You may be familiar with David Bazan; he was one of the interesting characters in Why Should The Devil Have All The Good Music and got a sympathetic treatment in Body Piercing Saved My Life, and has had a somewhat uneven career since the breakup of his band Pedro the Lion.
I’m not a fan of Bazan exactly; I think there’s something underimagined about the way he goes about being “a Christian rocker not playing Christian Rock;” it’s almost as if he’s managed to be derivative from something that’s already derivative. But I’m sympathetic toward Bazan and wish him well on his spiritual journey, etc.
Still I can’t help but wonder if there isn’t something approaching apostasy when someone writes songs with lyrics like “God bless the weeds in the wheat; God bless the light in the bushel.” There’s a line in there somewhere that shouldn’t be crossed, and I’m not sure if Bazan crosses it here. I wouldn’t call it “apostasy rock” per se (there’s already too much of that, and it’s easy to identify), and I don’t think this is it. But still, etc.
I’m offline much of the week, traveling for business and pleasure. Here are a few unrelated items to fill part of the gap until I get back:
- So the Pew Forum published a report on religious knowledge in the United States, and there was much discussion. The Immanent Frame got a bunch of people who are scholars in the field of the study of religion (primarily religion as a social phenomenon; there’s arguably at most one theologian in the bunch, and no pastors or other religious professionals) to comment on the report and (mostly) what it signifies [link]. There are some insightful comments and predictions here, but this sort of thing causes me to wonder if postmodernism is an inevitable result of modernism, or whether modernism itself is fundamentally incoherent.
- Author Sara Zarr recommends a writing workshop and talks about what it means to be a Christian author but not a “Christian author” [link], in much the same way e.g. David Bazan is (was?) a Christian-not-Christian-rock singer. I really have no idea what it means to be a Christian in the arts community but not involved in “Christian art,” and my field of study isn’t even on the radar of most religious professionals, so I can’t relate to or identify with what Zarr occasionally describes as being her experience, but her comments give me pause for thought.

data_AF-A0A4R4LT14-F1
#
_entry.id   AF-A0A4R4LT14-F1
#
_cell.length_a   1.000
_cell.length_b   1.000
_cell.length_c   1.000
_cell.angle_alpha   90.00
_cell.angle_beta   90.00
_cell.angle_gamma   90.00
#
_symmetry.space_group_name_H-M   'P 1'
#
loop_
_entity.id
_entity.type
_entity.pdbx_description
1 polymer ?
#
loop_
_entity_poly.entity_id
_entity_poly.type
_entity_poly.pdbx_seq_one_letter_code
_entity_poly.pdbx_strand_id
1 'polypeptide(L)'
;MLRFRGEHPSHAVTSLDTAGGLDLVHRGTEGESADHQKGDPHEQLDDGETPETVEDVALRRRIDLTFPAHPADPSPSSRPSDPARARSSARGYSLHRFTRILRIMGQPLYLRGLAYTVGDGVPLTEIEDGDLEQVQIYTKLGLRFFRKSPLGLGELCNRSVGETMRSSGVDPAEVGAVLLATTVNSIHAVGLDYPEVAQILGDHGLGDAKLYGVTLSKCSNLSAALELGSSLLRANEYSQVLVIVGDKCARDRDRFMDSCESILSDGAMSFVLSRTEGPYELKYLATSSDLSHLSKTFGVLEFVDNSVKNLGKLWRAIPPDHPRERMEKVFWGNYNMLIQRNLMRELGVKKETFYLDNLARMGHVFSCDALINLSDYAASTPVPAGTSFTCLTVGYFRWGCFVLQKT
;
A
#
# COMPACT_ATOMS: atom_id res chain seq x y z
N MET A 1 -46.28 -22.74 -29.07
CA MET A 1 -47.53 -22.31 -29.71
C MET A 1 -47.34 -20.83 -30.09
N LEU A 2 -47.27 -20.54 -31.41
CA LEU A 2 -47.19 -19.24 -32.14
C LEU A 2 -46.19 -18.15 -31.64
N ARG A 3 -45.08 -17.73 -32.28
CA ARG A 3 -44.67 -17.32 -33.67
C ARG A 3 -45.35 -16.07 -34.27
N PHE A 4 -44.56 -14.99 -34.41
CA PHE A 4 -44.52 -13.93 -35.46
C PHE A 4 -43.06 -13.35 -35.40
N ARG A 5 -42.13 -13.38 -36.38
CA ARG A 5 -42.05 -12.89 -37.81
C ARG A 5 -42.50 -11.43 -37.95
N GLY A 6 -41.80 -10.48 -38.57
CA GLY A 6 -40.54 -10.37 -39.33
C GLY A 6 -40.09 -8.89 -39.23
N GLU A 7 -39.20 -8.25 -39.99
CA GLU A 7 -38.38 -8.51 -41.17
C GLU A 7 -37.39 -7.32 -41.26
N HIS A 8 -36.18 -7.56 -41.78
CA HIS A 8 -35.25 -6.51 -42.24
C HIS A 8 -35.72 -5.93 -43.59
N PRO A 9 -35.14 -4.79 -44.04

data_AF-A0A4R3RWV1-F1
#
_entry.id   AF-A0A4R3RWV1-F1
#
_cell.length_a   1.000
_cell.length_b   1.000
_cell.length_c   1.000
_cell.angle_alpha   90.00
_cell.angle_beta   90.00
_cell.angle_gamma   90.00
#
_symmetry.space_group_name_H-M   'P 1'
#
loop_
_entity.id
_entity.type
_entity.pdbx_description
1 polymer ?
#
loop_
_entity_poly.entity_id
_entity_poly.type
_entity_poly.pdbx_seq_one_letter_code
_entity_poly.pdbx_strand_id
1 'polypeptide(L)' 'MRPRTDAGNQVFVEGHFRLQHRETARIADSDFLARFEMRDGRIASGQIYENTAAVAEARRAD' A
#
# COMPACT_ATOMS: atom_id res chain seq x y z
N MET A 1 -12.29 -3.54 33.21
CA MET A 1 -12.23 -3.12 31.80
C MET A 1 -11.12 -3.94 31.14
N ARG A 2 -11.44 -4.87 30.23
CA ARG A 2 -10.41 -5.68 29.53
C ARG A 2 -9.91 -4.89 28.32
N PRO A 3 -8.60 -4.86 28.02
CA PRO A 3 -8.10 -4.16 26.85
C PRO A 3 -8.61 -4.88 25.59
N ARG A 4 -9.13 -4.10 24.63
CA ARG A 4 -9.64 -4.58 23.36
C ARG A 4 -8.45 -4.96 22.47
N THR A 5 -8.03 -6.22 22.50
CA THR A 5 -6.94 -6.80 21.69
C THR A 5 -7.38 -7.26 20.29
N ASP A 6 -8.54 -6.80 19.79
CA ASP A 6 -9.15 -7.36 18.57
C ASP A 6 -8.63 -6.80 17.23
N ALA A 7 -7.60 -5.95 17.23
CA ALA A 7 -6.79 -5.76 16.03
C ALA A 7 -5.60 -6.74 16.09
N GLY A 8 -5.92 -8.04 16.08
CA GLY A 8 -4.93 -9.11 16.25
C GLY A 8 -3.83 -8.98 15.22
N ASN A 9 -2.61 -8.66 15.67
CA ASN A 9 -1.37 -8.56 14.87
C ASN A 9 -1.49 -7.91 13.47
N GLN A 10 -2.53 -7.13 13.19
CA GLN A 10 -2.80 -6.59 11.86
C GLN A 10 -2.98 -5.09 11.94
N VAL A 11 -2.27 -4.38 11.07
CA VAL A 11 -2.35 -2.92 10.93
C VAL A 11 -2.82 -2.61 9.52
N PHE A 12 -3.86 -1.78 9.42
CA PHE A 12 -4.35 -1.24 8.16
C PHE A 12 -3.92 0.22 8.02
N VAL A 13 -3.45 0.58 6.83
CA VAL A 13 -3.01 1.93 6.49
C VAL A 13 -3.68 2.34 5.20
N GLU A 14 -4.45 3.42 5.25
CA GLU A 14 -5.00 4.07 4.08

- James White celebrates Reformation Day on The Dividing Line [link]. As someone who is not Reformed I tend to be put off by the unreflective self-congratulation that happens once a year in Reformed circles, and most of this episode is exactly that. It’s just plain dry and dull and awful. In the last ten minutes, however, White talks about the historical elements that were in place (printing, nationalism, etc. He doesn’t mention capitalism.) at the time of the Renaissance and made conditions right for the birth and survival of the Reformation. Fascinating and fact-filled if a bit overwrought; it’s hard to find a better example of “good James White” and “bad James White” side by side. He doesn’t deal with the obvious question of why all the ingredients of the Reformation would be merely of historical interest and not the Reformation itself.
- A long debate on the premise “Resolved: that Islam is a religion of peace” [link]. I don’t really know anything about Islam, but I think I learned more in this hour-plus than I could learn from many hours of listening to oh say Ergun Caner. The fundamental question in the debate boils down to this: Which is more appropriate: to judge a religion by its teachings, or by the behavior of its adherents? By the best of each or the worst of each? Also, Martin Luther makes a surprise appearance as a foil for an argument from one side; I won’t say which one.
- Marvin Olasky resigns his position as provost at The King’s College after Dinesh D’Souza’s appointment as president [link]. Are there really no Protestant evangelicals of sufficient stature to hold high-profile at this Protestant evangelical school?
That’s it. Please enjoy with my humble blessing. It’s not much: there are better Linkathons elsewhere.